What is hay fever?
Hay fever is the common term for 'allergic rhinitis'. It’s caused by an allergic response to outdoor or indoor allergens such as pollen, dust mites, fungal spores, animal fur or occupational sources.
Allergens are most commonly proteins or enzymes that can cause the nose, eyes, throat and sinuses (small air-filled cavities behind your cheekbones and forehead) to become swollen, irritated and inflamed.
When you have an allergic reaction, your body overreacts to something that it perceives as a threat. In hay fever, the ‘threat’ is the allergen (the substance that you are allergic to).
Your immune system (the body’s natural defence system) starts to respond as if it’s being annoyed by a parasite, and will release a number of chemicals designed to prevent the spread of what it wrongly perceives as an infection. These chemicals then cause the symptoms of the allergic reaction such as watering eyes and a runny nose.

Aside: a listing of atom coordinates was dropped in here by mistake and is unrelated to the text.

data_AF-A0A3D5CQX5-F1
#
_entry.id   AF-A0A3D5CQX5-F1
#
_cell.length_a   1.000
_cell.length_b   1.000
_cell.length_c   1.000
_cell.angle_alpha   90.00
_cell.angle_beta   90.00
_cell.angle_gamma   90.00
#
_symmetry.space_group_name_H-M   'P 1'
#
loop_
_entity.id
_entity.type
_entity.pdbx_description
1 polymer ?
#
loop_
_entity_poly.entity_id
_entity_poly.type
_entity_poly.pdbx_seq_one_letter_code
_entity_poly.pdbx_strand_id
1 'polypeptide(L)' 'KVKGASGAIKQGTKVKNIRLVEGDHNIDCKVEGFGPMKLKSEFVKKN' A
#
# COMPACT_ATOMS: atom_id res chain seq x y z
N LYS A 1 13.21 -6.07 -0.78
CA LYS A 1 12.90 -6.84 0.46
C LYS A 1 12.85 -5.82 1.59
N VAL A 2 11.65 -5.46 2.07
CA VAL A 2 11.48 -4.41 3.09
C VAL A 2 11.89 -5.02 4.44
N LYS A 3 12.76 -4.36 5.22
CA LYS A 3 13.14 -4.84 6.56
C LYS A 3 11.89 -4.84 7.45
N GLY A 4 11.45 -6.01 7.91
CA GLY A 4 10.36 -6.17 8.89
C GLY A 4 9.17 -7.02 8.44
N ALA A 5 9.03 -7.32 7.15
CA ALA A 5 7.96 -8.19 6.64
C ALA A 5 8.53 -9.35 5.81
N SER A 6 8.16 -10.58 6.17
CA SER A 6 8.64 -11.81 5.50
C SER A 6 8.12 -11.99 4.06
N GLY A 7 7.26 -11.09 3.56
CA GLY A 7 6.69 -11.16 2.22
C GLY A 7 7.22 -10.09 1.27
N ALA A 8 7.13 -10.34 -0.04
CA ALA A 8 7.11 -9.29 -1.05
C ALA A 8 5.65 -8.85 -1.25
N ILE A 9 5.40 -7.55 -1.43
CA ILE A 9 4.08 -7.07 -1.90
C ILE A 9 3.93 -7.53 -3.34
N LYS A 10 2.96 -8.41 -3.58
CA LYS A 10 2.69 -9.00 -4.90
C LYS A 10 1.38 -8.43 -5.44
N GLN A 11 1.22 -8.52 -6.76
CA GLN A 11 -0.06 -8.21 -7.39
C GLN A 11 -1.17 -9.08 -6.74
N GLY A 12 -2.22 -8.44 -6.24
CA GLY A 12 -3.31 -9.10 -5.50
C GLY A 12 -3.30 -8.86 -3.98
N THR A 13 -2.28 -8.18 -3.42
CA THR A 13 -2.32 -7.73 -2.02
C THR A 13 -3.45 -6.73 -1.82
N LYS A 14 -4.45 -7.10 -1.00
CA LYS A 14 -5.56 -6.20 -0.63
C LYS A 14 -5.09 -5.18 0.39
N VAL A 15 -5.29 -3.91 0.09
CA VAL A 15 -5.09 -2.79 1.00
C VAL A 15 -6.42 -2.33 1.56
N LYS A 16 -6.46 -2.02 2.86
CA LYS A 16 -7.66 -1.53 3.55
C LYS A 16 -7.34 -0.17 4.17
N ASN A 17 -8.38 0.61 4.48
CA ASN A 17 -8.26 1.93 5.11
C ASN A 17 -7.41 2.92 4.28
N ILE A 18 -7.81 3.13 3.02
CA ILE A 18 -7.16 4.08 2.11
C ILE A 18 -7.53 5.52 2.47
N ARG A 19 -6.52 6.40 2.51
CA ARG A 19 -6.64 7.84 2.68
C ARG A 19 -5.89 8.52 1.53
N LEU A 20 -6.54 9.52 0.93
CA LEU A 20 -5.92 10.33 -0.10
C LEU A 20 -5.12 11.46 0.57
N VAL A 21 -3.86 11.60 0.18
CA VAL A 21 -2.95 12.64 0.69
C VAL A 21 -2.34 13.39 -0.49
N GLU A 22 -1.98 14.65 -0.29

Hay fever symptoms include:
- a runny nose
- itchy eyes.
These symptoms are caused when a person has an allergic reaction to an allergen such as pollen which is a fine powder released by plants as part of their reproductive cycle.
Hay fever usually begins in childhood or during the teenage years, but you can acquire it at any age. It affects up to 1 in 5 Australians at some point in their life, and is more likely to occur if there is a family history of allergies – particularly asthma or eczema. In fact, hay fever and asthma share many of their risk and trigger factors including a genetic predisposition to develop allergic reactions.
Most people are able to relieve their symptoms with treatment – at least to a certain extent.
Speak with your doctor if your symptoms are troublesome as you may require prescription medication.
Not sure what to do next?
If you are still concerned about your hay fever, check your symptoms with healthdirect’s online Symptom Checker to get advice on when to seek medical attention.
The Symptom Checker guides you to the next appropriate healthcare steps, whether it’s self care, talking to a health professional, going to a hospital or calling triple zero (000).
Last reviewed: July 2015